12 December 2018 | by Heather MacLean

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Skills and Talent Development – for the Future

[Note: A version of this post previously appeared on LinkedIn]

Talent development is by far the most important activity that we need to focus on, in my opinion. Talent comes in many shapes, sizes and disciplines and we need to think about life-long learning in a different way. Anyone who knows me knows that I have been a life-long learner. I love learning. I also love helping others learn and this is perhaps the biggest reason I became a Professor, in my spare time. Working with my students has been tremendously rewarding. Prior to being a Professor, I was fortunate enough to work with adults teaching them to read  and then in my day-to-day life designing and delivering training. For me, learning is a part of every day.

I must say that being exposed to university students has kept me on my toes and I learn just as much from them as they do from me. There is, however, a trend that I have noticed over the years of working with university students, however. The trend is concerning.

These days many university students are not exposed to basic and core business fundamentals that you would think would be a priority. For example, the basics in terms of how to answer a telephone, how to write an email, a letter and business reports are just not being covered the way you would think they would be. These are basic skills that when hired, employers assume or expect university graduates to have.

I have made it a priority to incorporate these basic skills into all my courses, regardless if there is or isn’t a direct connection. I believe fully that providing my students with not only theory, but real-life skills will put them in a better position when competing for a job.

Many of us believe technology is the solution for everything and because many students in college or university today are digital natives, there is the naïve assumption by business people that graduates will just know how to do things with technology.

That brings me to my next point: competition. I have seen over the last few years noticed a general misplaced belief from many students they do not have to compete for jobs. I am not sure what the driver of this is, but it is very interesting to me. I can see from the looks on their faces that positioning the job search as a competition is foreign for many. And, as I play it out for them, they move more into that realm, but it is fascinating to see how jobs have been positioned with them. Thus, preparing them for the job search, potential interviews and how to do an interview is a key component of my curricula.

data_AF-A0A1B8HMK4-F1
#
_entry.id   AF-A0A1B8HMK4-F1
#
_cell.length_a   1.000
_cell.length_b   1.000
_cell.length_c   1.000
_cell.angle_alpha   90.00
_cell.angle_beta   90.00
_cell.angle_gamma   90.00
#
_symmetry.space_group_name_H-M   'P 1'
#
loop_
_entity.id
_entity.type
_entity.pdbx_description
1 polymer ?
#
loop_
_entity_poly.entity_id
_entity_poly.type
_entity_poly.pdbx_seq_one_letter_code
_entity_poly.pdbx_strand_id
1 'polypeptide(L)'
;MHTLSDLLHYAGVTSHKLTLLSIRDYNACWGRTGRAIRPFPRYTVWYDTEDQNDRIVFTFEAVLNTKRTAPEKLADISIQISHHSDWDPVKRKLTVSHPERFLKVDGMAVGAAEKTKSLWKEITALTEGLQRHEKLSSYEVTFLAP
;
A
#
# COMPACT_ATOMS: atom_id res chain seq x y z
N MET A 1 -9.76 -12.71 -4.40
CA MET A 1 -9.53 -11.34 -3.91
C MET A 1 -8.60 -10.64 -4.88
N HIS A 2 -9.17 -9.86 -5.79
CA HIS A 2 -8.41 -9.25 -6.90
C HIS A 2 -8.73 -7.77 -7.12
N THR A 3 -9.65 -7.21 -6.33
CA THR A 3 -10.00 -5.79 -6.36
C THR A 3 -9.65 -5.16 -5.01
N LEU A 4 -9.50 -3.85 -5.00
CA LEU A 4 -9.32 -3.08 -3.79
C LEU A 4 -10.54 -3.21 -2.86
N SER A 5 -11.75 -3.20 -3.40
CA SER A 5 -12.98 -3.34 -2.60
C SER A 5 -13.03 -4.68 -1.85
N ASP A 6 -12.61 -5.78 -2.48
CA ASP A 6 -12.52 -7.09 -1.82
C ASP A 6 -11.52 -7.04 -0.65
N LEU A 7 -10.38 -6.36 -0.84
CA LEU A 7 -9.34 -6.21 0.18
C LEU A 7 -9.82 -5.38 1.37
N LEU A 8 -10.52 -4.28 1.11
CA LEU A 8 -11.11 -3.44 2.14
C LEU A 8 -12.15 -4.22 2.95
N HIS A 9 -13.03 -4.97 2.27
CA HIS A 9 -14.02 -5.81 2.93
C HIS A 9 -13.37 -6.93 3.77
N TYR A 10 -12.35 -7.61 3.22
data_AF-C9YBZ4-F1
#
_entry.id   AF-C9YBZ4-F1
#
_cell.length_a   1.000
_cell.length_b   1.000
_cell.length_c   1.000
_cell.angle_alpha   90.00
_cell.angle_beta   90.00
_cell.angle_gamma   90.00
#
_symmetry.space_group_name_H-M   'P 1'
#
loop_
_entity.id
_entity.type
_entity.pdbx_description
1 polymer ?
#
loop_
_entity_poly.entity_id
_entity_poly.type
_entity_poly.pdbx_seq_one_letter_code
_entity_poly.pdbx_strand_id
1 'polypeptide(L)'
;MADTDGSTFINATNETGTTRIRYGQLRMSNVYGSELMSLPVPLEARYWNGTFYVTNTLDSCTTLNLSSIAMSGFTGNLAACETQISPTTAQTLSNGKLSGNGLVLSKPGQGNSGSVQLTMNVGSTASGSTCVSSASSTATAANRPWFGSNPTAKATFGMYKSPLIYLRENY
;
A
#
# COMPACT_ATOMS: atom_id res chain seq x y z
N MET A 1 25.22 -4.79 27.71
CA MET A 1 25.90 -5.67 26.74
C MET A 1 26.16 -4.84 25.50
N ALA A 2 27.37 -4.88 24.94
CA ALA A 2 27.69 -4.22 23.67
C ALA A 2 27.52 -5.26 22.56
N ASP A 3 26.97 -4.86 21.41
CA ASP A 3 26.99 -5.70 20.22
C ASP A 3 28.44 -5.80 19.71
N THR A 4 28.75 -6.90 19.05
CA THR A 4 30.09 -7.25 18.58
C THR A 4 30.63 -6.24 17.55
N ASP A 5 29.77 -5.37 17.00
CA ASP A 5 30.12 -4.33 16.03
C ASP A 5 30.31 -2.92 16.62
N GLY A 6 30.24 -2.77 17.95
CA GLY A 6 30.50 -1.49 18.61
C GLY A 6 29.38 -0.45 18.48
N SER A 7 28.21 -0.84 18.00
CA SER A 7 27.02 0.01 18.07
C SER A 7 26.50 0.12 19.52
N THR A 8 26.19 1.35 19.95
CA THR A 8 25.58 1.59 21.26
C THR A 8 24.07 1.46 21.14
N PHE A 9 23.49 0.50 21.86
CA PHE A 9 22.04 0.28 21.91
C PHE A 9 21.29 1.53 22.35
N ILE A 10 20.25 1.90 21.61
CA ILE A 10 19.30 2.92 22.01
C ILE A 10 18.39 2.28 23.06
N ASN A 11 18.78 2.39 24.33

I believe that some of this comes down to the fact that we now focus so heavily on technology – technology in our lives – technology in our businesses and thus, technology in our schools. Many of us believe that technology is the solution for everything and because many students in college or university today are digital natives, there is the naïve assumption by business people that graduates will just know how to do things with technology. My favourite example is social media. I wish I had a dollar for every time I had an intelligent business person say to me: ‘well, I will just hire someone out of university to manage my social media.’  While yes, it is great that they will hire fresh graduates, I must ask the following questions:

  1. Who will train them on the difference between using social media for business versus using social media to post fun cat memes or to communicate with their friends? There is a significant difference and social media done properly needs to be integrated into the overall business plan and objectives.
  2. Who will monitor and manage them to ensure that they are complying with the various privacy and anti-spam laws?
  3. What is the escalation plan for trolls, hashtag hijacking, social media hacking, etc.?

I could go on, but you get the point.

While technology is an important component of business, I believe that we can’t forget about teaching and working with students – and our colleagues – on a human level. I think Sherry Turkle said it best in her Ted Talk, and I am paraphrasing when I say that the more connected we become with technology the more disconnected we become from humanity. Essentially, we need to put technology aside at times and connect with the people sitting near us or next to us. Through human connection and interaction, we learn from others, we connect with others. This just makes us better communicators and people.

These are some of my observations and I welcome others.

Want to learn more about New Brunswick’s leading Skills and Workforce Development Strategy?

Contact our Director of Skills & Workforce Development: Heather MacLean

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